to mismanagement. The tragedy is that members do not know the real issues since they are either not reported or the management and the boards of these saccos collude to conceal the real issues. There are many saccos in the country facing financial problems if the truth was to be unveiled by SASRA.

Is SASRA doing enough as a regulator? Section 4 of the sacco Society Act No.15 of 2008 establishes the sacco Society Regulatory Authority, a government agent with full mandate to license, regulate and supervise the
functions of deposit taking saccos in the country.

SASRA has proven over time to be a toothless authority that has either chosen not to supervise these saccos or gone to bed with the management.
I know of a sacco where SASRA for over five years had not done any inspection and when they finally did after numerous complaints by members over alleged financial irregularities, the findings have never been made public. It is in the public interest that SASRA be reminded that it is funded by the public revenue to protect the interests of vulnerable members of the society who are tax payers by ensuring that the principles of good governance and prudent financial management are adhered to in these saccos. The conduct of SASRA in so far as saccos operate leaves more questions than answers. Could we be having an institution that is in bed with corrupt sacco officials? SASRA as an institution has continuously given a clean bill of health to saccos even when it is clear to the public that there is a lot of financial impropriety going on.

The tragedy is that members do not know the real issues since they are either not reported or the management and the boards of these saccos
collude to conceal the real issues. There are many saccos in the country
facing financial problems if the truth was to be unveiled by SASRA.

Proper regulation is key. There have been several suggestions to streamline the regulation of saccos together with other financial institutions in Kenya.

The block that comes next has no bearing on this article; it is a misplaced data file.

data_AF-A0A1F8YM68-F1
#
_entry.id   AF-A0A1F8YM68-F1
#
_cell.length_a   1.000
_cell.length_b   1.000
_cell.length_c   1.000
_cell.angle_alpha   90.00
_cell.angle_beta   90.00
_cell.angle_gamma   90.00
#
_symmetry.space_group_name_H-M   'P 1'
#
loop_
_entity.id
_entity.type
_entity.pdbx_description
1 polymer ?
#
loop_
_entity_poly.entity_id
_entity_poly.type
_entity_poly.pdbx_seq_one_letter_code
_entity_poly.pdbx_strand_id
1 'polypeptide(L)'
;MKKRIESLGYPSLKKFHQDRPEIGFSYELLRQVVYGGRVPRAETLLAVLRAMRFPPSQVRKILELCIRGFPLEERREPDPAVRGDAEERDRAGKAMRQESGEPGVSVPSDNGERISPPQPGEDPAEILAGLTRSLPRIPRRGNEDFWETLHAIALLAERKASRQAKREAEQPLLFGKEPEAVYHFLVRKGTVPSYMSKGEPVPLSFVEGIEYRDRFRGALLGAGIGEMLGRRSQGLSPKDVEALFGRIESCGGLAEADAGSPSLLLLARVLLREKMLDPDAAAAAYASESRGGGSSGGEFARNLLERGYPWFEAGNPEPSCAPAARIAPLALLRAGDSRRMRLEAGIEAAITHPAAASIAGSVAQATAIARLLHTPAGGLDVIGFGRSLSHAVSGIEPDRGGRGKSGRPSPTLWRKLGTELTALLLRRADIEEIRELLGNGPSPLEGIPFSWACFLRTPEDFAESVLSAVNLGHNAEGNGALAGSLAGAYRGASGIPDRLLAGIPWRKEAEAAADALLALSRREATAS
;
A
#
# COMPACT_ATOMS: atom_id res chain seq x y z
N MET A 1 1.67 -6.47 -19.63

A report by a Task Force on Parastatal Reforms appointed by the President
and Co- chaired by former Mandera East MP. Hon. Abdikadir Mohammed and Mr. Isaac Awuondo recommended the establishment of one regulatory
body for all financial institutions. It goes without saying that SASRA has failed to efficiently regulate saccos. Thus putting saccos together
with other financial institutions like banks under Central Bank of Kenya
is the only remedy remaining. Lack of capacity and inefficiency of some
SASRA officials is a hindrance to proper regulation and discharging
supervision functions.

In conclusion, there is urgent need to streamline SASRA as an entity to ensure those running this institution are people of integrity who cannot
be compromised by the corrupt sacco officials who they are meant to supervise and unveil their rot. The new EACC CEO should start with
SASRA board of directors and the secretariat to ensure they undergo a
proper vetting exercise to test their suitability in holding those positions and their ability to supervise saccos.

I highly recommend that the government fully implements the findings of a report by the Task Force on Parastatal Reforms so that some of these problems that ail saccos can be properly addressed.